Hammond, who served under former Prime Minister May for three years, said unelected individuals in Johnson’s administration were setting London on an “inevitable” course towards a no-deal Brexit by demanding the backstop be dropped, and any attempt to bypass parliament would provoke “a constitutional crisis”.

UK Parliament will block a no-deal Brexit should Prime Minister Boris Johnson attempt to force the country out of the European Union 31st October without an agreement in place with Brussels, former Chancellor Philip Hammond said 14th August.

EU chiefs have repeatedly stated they won’t reopen negotiations on the UK’s Withdrawal Agreement, which Johnson’s predecessor Theresa May agreed in November 2018. However, speaking to the BBC after the leak of a letter he wrote, also signed by over 20 Conservative MPs, to Johnson warning him not to pursue no deal, Hammond said the British people were never offered the prospect of no deal at the referendum.

“To set the bar for negotiations so high we inevitably leave without a deal would be a betrayal. The Prime Minister said he would get a deal and we want to see him deliver that deal. Pivoting to say the backstop has to go in its entirety, a huge chunk of the withdrawal agreement just scrapped, is effectively a wrecking tactic. The people pulling the strings in Downing Street behind this know that means there’ll be no deal. Parliament is clearly opposed to a no-deal exit, and the Prime Minister must respect that,” Hammond cautioned.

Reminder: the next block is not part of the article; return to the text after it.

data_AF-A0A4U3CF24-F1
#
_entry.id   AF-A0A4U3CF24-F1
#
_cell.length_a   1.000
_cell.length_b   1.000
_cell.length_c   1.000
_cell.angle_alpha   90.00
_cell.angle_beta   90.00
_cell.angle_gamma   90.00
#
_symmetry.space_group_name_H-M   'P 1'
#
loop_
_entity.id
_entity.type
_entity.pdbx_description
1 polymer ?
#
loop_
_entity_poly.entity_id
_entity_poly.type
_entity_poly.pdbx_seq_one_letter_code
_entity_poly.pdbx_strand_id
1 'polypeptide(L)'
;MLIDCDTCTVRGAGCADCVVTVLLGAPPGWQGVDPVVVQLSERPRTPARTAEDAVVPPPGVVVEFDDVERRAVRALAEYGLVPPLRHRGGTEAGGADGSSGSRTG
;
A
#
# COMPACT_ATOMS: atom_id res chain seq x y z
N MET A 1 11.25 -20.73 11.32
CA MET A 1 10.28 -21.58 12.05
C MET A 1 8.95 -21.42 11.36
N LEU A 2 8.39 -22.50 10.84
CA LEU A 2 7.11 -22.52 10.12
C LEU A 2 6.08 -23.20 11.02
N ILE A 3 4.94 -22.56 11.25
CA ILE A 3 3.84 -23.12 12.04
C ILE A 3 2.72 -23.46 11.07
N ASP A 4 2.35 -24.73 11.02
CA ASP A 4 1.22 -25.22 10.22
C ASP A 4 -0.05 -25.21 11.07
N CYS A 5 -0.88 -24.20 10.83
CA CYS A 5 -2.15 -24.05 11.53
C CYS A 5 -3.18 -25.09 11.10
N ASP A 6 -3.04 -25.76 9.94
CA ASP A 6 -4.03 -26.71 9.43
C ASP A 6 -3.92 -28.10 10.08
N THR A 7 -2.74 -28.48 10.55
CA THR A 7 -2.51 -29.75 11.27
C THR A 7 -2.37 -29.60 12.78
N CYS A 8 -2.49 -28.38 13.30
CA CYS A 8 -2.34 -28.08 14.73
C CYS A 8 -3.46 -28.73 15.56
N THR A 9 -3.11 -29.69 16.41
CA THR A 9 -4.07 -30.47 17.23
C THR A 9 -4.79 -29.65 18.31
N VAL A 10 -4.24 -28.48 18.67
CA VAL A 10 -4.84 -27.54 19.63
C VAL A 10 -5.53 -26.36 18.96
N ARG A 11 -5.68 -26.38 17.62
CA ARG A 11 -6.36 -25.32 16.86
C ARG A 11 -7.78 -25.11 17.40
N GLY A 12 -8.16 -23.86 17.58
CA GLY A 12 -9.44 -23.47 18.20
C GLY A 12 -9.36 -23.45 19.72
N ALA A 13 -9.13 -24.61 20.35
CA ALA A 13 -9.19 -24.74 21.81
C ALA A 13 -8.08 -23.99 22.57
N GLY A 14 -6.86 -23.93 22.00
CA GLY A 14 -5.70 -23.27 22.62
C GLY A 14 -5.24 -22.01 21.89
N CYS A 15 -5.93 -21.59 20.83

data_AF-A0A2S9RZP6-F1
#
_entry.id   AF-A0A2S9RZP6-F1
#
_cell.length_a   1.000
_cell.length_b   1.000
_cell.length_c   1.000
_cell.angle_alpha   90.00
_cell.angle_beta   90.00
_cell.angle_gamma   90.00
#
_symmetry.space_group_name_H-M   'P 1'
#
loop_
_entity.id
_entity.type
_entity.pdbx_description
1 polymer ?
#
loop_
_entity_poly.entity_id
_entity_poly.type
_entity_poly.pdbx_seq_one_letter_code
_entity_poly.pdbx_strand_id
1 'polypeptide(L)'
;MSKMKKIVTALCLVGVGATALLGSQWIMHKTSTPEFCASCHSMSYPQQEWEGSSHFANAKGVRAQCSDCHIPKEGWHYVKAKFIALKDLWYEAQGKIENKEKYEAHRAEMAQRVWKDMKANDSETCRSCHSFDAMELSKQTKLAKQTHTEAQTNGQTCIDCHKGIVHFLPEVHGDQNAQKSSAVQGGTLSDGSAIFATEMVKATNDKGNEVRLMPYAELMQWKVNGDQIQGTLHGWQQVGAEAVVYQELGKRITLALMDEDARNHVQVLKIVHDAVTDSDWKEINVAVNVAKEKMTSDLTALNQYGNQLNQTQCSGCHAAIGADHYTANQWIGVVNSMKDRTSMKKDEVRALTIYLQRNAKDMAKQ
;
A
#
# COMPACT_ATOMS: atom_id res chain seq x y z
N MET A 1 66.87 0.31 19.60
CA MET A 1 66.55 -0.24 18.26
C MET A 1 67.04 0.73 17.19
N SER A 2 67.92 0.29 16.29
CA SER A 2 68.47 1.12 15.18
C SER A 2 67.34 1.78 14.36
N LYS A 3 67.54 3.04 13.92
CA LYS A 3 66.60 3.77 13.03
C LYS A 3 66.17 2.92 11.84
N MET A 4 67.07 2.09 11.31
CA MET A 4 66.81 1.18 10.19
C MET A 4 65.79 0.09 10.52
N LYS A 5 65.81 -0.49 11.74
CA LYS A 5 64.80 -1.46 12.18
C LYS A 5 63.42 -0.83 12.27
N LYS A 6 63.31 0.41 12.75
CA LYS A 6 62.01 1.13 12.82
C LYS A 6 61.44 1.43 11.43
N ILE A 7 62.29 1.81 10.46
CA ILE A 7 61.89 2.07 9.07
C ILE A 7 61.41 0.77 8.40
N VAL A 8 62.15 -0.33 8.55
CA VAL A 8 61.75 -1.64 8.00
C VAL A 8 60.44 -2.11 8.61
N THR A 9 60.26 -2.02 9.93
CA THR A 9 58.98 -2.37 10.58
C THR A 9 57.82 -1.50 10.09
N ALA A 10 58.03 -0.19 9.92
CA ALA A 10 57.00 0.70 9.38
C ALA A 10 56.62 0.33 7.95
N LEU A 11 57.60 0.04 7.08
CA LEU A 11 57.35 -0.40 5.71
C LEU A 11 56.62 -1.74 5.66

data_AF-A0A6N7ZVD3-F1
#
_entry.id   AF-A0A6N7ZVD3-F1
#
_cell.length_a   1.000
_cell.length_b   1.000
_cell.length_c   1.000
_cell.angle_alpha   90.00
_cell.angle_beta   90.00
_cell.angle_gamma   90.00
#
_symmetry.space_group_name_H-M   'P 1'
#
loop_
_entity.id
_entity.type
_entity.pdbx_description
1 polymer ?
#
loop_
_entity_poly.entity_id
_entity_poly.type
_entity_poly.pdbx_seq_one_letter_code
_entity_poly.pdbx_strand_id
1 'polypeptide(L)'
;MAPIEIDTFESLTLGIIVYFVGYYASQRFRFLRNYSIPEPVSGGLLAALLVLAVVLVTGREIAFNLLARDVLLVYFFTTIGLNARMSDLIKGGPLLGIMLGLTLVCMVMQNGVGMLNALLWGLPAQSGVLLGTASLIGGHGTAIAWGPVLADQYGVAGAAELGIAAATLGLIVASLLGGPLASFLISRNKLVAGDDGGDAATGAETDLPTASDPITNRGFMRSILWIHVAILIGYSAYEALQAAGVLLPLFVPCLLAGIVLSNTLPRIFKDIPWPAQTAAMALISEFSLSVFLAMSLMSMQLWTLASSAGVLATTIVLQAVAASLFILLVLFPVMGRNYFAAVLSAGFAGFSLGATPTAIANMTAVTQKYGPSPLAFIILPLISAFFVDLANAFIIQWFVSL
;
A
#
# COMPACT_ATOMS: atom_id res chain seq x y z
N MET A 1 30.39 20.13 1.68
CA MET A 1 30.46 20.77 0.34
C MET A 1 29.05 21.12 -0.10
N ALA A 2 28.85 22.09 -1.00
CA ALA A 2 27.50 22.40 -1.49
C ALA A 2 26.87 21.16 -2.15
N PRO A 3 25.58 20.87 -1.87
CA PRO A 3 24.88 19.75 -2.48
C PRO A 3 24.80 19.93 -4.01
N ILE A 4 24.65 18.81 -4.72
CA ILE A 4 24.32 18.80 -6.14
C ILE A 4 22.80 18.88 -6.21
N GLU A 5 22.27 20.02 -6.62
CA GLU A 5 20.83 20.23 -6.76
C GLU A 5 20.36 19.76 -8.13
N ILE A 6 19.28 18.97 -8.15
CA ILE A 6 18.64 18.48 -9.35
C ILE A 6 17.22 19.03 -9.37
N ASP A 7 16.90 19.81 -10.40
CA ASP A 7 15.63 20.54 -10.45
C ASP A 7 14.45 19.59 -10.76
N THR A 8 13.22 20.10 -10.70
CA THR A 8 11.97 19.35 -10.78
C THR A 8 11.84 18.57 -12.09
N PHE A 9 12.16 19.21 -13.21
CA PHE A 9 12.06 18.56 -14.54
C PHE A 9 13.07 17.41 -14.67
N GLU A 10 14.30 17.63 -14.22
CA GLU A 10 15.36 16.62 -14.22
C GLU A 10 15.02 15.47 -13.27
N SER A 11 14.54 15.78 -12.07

It’s the former minister’s first public intervention since resigning 24th July, and an indication he’ll throw his weight behind speculatively mooted plans to thwart a no-deal Brexit – the Labour party has suggested replacing Johnson via a vote of no confidence then forming a national unity government to handle withdrawal proceedings. The Liberal Democrats have however indicated they wouldn’t support a Corbyn-led administration.

Hammond’s letter, which was leaked to The Sun, was signed by four other Remain-backing ex-Cabinet ministers who resigned before Boris could fire them in July – David Lidington, David Gauke, Rory Stewart and Greg Clark – as well as 11 other former Conservative ministers.

“We’re alarmed by the ‘Red Lines’ you’ve drawn which, on the face of it appear to eliminate the chance of reaching agreement with the EU…We would therefore greatly appreciate your confirmation you remain committed to doing a deal, you accept any such deal will most likely require compromise, and it remains your view the chance of No Deal is ‘less than a million to one’,” the letter stated.

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